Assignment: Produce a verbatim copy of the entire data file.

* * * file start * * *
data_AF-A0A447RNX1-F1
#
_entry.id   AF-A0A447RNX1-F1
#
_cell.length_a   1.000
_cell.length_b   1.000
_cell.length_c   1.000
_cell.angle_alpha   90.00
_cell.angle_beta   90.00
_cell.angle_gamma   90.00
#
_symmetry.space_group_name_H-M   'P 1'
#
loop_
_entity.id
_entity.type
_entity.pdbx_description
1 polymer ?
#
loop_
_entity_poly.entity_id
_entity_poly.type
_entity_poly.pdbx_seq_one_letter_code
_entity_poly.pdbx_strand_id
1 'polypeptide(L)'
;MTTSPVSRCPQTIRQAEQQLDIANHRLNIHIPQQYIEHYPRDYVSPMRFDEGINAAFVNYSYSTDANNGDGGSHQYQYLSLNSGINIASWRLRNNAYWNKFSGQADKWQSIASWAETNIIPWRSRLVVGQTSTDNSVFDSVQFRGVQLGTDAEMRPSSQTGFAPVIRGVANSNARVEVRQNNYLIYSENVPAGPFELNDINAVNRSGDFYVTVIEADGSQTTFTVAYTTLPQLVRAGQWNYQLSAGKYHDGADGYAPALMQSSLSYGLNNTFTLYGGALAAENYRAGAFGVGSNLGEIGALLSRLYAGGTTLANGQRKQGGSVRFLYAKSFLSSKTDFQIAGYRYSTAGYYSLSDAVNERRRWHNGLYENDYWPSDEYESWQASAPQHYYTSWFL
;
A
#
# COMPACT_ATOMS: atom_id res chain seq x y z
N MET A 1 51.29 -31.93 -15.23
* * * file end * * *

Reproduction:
data_AF-A0A447RNX1-F1
#
_entry.id   AF-A0A447RNX1-F1
#
_cell.length_a   1.000
_cell.length_b   1.000
_cell.length_c   1.000
_cell.angle_alpha   90.00
_cell.angle_beta   90.00
_cell.angle_gamma   90.00
#
_symmetry.space_group_name_H-M   'P 1'
#
loop_
_entity.id
_entity.type
_entity.pdbx_description
1 polymer ?
#
loop_
_entity_poly.entity_id
_entity_poly.type
_entity_poly.pdbx_seq_one_letter_code
_entity_poly.pdbx_strand_id
1 'polypeptide(L)'
;MTTSPVSRCPQTIRQAEQQLDIANHRLNIHIPQQYIEHYPRDYVSPMRFDEGINAAFVNYSYSTDANNGDGGSHQYQYLSLNSGINIASWRLRNNAYWNKFSGQADKWQSIASWAETNIIPWRSRLVVGQTSTDNSVFDSVQFRGVQLGTDAEMRPSSQTGFAPVIRGVANSNARVEVRQNNYLIYSENVPAGPFELNDINAVNRSGDFYVTVIEADGSQTTFTVAYTTLPQLVRAGQWNYQLSAGKYHDGADGYAPALMQSSLSYGLNNTFTLYGGALAAENYRAGAFGVGSNLGEIGALLSRLYAGGTTLANGQRKQGGSVRFLYAKSFLSSKTDFQIAGYRYSTAGYYSLSDAVNERRRWHNGLYENDYWPSDEYESWQASAPQHYYTSWFL
;
A
#
# COMPACT_ATOMS: atom_id res chain seq x y z
N MET A 1 51.29 -31.93 -15.23